Tears on a storybook night in Lake Placid | ParkRecord.com

Tears on a storybook night in Lake Placid

As an athletic coach, you learn that it’s OK to cry. Coaches have a lonely job, laboring hours on end to help young athletes achieve their dreams. On a cold January Adirondack night, one of those dreams came true. And there were hard-earned tears in the aerials finish area at the Olympic Village of Lake Placid.

Mac Bohonnon is only 19. But as he stood atop the hill at the Olympic Jumping Complex, he carried the weight of a generation. Flashes of memories swirled through his subconscious — the time he first made the trek from Madison, Connecticut, with his family; that debut backflip into the pool under the watchful eye of coach Nick Preston (yes, head first); the summer Olympic champion Eric Bergoust took him on as a project and got his career on track; and the day he fore-ran as EADP teammate Ashley Caldwell won her first World Cup in Placid — teammates carrying her on their shoulders to the podium.

Tonight, though, it was his turn.

Freestyle aerialists are a strange breed. Let’s face it, you have to be at least a little bit crazy to hurtle yourself 65 feet above the snow doing three flips with four or five twists.

The ’80s and ’90s were a heyday for American aerialists. Trace "The Ace" Worthington and Kris "Fuzz" Feddersen took the torch from their forefathers and ushered aerials into the Olympics. Eric Bergoust and Nikki Stone took it a step further, sweeping gold at the 1998 Olympics in Nagano. A decade later, Jeret "Speedy" Peterson brought a nouveau twist — five of them actually — to the sport with his trademark Hurricane, which won him Olympic silver and a record high score that still stands.

But a decade ago the world watched a new renaissance in aerials in the form of a Chinese juggernaut. To combat it, the U.S. Freestyle Ski Team started its Elite Aerials Development Program (EADP) in 2008 to bring aspiring young gymnasts and acrobats into freestyle skiing. It’s working!

"Some of my fondest memories ever originate in Lake Placid," said Bohonnon. When you grow up in sport, you grow up with friends and teammates — people like Ashley Caldwell, Jonathan Lillis, Nevin Brown, Kiley McKinnon, Alex Bowen and more. Two weeks earlier, McKinnon and Bowen took silver at World Championships. In December, Bohonnon and McKinnon were on the podium in Beijing.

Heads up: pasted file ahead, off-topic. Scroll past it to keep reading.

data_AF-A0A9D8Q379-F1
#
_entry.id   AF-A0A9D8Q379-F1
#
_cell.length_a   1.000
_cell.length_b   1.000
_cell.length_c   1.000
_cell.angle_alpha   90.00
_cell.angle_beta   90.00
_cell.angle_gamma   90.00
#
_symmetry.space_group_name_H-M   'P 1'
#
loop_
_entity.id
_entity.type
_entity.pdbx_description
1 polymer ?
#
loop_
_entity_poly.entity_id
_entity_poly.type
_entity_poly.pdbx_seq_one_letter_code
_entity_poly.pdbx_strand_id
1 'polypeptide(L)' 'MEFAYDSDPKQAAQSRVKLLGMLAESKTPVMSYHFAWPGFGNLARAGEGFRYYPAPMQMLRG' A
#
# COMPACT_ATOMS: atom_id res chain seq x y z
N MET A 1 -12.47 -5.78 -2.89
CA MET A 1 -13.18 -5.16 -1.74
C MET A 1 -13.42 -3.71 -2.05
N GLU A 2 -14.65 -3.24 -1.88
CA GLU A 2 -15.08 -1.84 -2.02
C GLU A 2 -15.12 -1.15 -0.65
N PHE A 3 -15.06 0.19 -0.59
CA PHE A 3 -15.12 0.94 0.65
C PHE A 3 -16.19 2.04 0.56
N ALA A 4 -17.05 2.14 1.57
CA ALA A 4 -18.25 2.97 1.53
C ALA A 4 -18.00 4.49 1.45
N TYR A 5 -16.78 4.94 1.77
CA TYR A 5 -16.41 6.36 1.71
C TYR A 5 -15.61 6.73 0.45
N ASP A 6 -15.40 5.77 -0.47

"It is unreal to think that our entire crew made it to where we are at today — World Cup podiums and all!"

One of the first things that strike you quickly about Mac is his humility. Ask him about his Lake Placid win. He won’t start out talking about the flawless execution of his double-in triple flip. No, first thing he’ll talk about is the work the coaches did to give him the perfect starting spot to have the ideal speed to execute the trick.

"My coaches absolutely killed it," he said. "They nailed the conditions — I didn’t have to worry about that at all. I can’t thank the coaches enough for allowing me to do that."

As he stepped off the podium to celebrate his own win, he kept his eyes focused as teammate Kiley McKinnon donned the yellow bib. A friend from Connecticut, Bohonnon had introduced her to the EADP program. She took a chance on it and it’s paid off. That same night, she became the first American woman to lead the World Cup in 17 years.

Freestyle skiing wasn’t much on the radar back at the time of the 1980 Olympics in Lake Placid. Today, it’s part of its heart and soul. There was a lot of love in the finish Friday night — family, friends, fans and coaches — all sharing in a young man’s dream.

"Without Lake Placid, my aerials career wouldn’t exist," said Bohonnon. "If I was given the chance to write the script myself, it would go exactly how this weekend went.

"I couldn’t dream of a better place to win my first World Cup."

Tom Kelly is a veteran of eight Olympics and serves as vice president, Communications, for the Park City-based U.S. Ski and Snowboard Association. A Wisconsin native, he and his wife Carole Duh have lived in Park City since 1988 when he’s not traveling the world with the team.

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